Azerbaijan did not confirm the truce, which would bring to an end the deadliest exchanges between the countries since 2020.
The clashes were linked to a decades-old dispute between the former Soviet states.
Russia is the pre-eminent diplomatic force in the region and maintains 2,000 peacekeepers there. Moscow brokered the deal that ended the 2020 fighting, in which hundreds died.
“Thanks to the involvement of the international community, an agreement has been reached on a ceasefire,” Armen Grigoryan, secretary of Armenia's Security Council, told Armenian television, according to Russian news agencies.
The announcement said the truce had been in effect for several hours. Armenia's defence ministry had earlier said that shooting in border areas had stopped.
Each side blamed the other for the clashes.
Armenian Prime Minister Nikol Pashinyan had previously told Parliament that 105 Armenian servicemen had been killed since the violence began this week.
Azerbaijan upped their death toll from 50 to 75 in the two days of fighting.
Grigory Karasin, a senior member of Russia's upper house of Parliament, told the RIA news agency that the truce was clinched largely through Russian diplomatic efforts.
Kremlin leader Vladimir Putin had spoken to Mr Pashinyan, he said. Mr Putin appealed for calm after the violence erupted and other countries called for restraint on both sides.
In his address to parliament, Mr Pashinyan had said his country had appealed to the Moscow-led Collective Security Treaty Organisation to help to restore its territorial integrity.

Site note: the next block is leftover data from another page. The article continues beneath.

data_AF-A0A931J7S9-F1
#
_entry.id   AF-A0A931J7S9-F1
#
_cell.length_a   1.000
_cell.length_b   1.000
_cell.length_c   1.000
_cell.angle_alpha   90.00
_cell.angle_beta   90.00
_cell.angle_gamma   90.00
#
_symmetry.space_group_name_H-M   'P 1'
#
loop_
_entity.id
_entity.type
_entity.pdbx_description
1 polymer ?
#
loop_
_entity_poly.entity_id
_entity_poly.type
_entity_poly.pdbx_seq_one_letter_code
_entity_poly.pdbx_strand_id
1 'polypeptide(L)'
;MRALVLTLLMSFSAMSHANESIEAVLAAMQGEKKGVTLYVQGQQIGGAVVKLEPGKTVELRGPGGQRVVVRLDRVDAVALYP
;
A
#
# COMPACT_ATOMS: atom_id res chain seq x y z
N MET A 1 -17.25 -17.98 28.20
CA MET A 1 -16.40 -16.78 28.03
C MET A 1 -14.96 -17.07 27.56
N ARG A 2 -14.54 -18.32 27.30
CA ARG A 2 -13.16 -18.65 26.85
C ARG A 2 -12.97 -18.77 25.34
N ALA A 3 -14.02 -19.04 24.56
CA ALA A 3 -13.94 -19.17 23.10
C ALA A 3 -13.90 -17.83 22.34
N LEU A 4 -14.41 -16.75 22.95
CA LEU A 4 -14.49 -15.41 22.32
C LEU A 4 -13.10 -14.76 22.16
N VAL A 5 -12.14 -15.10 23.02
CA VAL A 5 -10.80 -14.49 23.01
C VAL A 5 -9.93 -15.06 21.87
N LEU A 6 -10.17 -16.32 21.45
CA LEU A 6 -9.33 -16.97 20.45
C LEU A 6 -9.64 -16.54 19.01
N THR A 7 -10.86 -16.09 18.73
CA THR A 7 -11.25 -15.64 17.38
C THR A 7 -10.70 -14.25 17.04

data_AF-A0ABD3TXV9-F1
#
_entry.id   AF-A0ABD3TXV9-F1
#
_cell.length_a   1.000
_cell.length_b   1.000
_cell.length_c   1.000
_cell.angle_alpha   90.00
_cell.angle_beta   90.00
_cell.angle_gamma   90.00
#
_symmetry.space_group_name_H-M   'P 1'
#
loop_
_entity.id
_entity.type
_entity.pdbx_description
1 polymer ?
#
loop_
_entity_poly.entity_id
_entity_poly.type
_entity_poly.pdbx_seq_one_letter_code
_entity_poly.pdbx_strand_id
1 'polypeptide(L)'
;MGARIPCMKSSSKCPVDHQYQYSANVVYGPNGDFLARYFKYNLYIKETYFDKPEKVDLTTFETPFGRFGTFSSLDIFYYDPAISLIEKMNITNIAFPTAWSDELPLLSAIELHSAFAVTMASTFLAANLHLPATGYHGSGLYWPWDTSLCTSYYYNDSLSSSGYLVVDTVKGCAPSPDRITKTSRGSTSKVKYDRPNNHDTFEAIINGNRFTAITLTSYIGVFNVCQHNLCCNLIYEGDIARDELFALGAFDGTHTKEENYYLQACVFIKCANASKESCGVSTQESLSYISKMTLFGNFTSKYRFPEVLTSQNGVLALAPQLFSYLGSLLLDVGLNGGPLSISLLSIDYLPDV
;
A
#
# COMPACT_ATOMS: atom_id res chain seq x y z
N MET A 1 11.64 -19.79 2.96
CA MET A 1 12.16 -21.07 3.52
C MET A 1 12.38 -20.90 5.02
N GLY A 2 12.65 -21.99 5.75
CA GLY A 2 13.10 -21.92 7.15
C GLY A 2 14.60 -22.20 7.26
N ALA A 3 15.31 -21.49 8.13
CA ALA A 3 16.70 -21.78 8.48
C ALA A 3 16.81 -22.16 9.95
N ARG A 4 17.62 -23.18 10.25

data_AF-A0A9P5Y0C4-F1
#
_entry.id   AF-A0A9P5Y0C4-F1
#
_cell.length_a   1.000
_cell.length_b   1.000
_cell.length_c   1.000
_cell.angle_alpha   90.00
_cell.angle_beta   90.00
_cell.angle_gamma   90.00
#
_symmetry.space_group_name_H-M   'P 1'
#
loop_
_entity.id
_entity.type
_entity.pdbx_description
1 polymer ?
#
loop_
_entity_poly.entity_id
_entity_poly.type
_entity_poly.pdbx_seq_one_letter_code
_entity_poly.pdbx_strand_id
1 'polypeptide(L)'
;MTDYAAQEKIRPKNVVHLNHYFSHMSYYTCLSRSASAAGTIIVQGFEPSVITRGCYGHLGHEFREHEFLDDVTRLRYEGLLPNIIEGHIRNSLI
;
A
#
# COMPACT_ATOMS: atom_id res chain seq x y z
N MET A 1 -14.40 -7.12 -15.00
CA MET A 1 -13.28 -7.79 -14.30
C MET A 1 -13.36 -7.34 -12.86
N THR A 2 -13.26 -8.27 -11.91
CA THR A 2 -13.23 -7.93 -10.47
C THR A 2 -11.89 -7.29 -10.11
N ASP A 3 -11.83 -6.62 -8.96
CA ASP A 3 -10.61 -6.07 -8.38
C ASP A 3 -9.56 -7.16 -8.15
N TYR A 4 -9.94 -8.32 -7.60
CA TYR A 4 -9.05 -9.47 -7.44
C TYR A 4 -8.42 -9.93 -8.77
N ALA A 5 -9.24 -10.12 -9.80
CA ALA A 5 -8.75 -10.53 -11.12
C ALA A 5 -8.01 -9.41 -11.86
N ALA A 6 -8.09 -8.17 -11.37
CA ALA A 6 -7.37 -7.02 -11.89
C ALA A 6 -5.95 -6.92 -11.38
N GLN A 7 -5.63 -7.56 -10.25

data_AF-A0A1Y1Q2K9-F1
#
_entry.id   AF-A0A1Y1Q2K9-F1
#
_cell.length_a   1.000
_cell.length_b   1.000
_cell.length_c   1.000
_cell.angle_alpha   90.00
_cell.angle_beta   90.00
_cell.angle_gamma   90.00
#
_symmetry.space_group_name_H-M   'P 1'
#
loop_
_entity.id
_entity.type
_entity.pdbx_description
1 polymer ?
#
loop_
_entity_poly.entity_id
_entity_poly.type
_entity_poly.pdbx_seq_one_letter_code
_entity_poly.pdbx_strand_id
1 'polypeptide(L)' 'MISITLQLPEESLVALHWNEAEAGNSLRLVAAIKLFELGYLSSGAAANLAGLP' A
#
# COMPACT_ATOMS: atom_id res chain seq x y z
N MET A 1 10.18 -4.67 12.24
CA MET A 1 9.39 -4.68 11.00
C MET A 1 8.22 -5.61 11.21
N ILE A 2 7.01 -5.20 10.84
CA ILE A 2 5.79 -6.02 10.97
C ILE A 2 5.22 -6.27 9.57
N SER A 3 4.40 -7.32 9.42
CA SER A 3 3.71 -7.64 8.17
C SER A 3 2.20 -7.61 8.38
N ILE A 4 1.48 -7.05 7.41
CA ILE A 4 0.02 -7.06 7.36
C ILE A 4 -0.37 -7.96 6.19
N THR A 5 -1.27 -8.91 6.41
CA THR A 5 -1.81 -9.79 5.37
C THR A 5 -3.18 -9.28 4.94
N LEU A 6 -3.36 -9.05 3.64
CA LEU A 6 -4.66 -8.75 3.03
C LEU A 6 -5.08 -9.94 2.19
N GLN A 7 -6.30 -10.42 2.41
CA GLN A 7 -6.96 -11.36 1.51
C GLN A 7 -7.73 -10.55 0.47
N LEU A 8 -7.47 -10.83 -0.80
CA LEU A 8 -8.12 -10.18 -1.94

“If we say that Azerbaijan has carried out aggression against Armenia, it means that they have managed to establish control over some territories,” Russia's Tass agency quoted him as saying.
Armenia and Azerbaijan have been fighting for decades over Nagorno-Karabakh, a mountainous enclave recognised as part of Azerbaijan while being home to a large Armenian population.
Fighting first erupted towards the end of Soviet rule. Armenian forces took control of large areas of territory in and around it in the early 1990s. Azerbaijan, backed by Turkey, largely retook those territories over six weeks in 2020.
Skirmishes have since erupted periodically despite meetings between Mr Pashinyan and Azerbaijani President Ilham Aliyev aimed at clinching a comprehensive peace settlement.
Domestic unhappiness in Armenia about the 2020 defeat has prompted repeated protests against Mr Pashinyan, who dismissed reports he had signed a deal with Baku.
In a Facebook post, he blamed the reports on “informational sabotage directed by unfriendly forces”.
A full-fledged conflict would risk dragging in Russia and Turkey, and destabilise an important corridor for oil and gas pipelines at a time when war in Ukraine is disrupting energy supplies.
Azerbaijan accused Armenia, which is in a military alliance with Moscow and home to a Russian military base, of shelling its army units.
US Secretary of State Antony Blinken said on Tuesday that Russia could either “stir the pot” or use its influence to “calm the waters”.